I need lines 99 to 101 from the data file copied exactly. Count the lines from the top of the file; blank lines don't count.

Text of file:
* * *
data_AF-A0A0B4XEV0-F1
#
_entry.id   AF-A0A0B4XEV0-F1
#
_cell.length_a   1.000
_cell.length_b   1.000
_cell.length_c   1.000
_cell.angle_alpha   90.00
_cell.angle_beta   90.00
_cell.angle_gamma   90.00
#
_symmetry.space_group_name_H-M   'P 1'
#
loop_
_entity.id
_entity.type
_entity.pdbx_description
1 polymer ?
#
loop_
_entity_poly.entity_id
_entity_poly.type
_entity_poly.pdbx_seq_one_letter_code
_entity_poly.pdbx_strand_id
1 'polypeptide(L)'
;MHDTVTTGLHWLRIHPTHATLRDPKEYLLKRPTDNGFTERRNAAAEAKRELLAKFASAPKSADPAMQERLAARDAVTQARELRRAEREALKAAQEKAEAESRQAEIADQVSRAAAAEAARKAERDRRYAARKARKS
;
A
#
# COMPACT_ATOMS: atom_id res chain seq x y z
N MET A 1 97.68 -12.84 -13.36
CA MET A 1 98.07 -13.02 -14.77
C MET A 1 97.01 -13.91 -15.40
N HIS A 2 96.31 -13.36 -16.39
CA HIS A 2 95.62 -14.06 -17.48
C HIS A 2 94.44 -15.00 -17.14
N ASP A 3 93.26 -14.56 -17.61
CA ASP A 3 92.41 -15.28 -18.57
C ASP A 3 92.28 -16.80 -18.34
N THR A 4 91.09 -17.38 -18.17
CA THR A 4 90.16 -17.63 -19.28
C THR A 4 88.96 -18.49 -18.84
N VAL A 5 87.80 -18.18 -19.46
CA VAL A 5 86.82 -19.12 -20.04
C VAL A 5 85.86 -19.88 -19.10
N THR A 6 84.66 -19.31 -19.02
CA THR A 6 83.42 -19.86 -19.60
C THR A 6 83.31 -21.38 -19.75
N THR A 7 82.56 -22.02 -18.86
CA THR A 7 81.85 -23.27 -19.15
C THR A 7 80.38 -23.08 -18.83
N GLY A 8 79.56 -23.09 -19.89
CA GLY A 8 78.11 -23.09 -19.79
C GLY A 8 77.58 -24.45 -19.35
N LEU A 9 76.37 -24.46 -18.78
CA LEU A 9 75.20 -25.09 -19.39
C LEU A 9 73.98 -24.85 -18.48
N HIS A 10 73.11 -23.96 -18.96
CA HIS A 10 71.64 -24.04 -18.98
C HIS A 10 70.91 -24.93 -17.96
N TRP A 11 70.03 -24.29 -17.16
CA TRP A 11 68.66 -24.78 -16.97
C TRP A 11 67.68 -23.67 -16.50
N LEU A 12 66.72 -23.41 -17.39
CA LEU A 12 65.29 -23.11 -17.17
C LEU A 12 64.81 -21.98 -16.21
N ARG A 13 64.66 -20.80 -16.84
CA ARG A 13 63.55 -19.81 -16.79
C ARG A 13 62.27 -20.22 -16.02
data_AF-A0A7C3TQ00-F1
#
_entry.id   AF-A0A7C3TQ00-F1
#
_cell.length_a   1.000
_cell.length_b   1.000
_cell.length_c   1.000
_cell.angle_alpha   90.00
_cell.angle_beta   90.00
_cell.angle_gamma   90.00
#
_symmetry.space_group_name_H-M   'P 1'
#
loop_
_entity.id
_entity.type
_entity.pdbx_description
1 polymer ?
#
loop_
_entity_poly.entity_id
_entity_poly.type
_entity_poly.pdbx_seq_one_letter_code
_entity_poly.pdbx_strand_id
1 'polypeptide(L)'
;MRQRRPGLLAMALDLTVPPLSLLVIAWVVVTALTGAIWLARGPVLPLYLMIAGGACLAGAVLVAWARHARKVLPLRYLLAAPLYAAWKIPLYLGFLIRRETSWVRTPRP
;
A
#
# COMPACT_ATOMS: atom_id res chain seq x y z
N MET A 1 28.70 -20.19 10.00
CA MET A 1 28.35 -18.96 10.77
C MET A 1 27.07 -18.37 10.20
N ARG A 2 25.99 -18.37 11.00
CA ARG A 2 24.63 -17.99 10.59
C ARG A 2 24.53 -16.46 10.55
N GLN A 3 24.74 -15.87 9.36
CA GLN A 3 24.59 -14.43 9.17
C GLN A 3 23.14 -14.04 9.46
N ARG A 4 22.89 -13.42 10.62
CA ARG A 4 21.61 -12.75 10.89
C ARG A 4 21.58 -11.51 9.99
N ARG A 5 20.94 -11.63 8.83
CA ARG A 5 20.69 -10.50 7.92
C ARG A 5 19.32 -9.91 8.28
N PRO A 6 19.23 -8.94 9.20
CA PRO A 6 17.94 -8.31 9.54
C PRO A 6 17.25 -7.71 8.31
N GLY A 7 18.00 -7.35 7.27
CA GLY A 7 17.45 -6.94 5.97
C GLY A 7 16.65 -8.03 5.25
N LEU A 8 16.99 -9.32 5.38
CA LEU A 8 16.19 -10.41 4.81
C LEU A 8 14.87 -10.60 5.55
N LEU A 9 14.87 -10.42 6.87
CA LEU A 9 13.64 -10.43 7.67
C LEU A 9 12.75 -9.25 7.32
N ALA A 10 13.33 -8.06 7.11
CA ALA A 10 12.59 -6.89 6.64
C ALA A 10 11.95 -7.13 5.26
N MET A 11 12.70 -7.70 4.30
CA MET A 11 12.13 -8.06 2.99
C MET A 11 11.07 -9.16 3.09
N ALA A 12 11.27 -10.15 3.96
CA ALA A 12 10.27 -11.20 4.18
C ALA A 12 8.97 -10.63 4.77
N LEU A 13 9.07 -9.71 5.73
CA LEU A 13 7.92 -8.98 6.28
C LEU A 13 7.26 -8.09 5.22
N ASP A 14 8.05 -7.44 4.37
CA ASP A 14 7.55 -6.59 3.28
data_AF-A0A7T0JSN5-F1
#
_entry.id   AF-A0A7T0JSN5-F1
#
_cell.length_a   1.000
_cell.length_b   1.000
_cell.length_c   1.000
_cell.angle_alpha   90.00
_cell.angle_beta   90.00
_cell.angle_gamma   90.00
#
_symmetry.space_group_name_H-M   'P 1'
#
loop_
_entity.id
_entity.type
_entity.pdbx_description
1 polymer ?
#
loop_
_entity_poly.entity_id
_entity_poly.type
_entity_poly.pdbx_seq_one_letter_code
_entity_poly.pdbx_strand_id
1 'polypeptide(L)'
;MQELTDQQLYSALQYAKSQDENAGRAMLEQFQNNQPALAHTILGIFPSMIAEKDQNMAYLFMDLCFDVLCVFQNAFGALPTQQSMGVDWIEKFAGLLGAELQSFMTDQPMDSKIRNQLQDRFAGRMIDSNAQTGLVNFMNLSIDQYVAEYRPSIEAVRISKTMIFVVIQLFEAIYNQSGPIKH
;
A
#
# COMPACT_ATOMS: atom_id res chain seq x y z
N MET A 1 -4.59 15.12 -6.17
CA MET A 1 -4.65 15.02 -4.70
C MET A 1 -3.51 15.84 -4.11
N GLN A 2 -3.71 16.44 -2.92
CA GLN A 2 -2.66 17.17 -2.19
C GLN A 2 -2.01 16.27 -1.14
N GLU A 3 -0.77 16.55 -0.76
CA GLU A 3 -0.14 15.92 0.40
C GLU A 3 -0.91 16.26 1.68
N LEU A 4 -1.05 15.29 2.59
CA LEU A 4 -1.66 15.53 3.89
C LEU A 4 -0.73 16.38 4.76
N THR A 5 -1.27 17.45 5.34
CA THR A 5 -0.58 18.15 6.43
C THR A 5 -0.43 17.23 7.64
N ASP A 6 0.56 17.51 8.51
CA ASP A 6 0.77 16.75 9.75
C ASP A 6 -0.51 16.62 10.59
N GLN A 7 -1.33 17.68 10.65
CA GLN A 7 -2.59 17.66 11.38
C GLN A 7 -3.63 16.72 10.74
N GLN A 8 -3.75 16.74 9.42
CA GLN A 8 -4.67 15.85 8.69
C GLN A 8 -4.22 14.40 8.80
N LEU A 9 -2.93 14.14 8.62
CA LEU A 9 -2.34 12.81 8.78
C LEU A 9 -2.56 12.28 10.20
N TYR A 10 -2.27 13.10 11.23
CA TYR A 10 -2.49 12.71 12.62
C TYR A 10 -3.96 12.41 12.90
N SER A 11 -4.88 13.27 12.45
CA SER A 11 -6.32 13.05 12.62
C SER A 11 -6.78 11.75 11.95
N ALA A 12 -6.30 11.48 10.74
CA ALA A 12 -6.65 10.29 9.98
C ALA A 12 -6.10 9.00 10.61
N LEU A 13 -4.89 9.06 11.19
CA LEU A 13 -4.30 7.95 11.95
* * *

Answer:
# COMPACT_ATOMS: atom_id res chain seq x y z
N MET A 1 28.70 -20.19 10.00
CA MET A 1 28.35 -18.96 10.77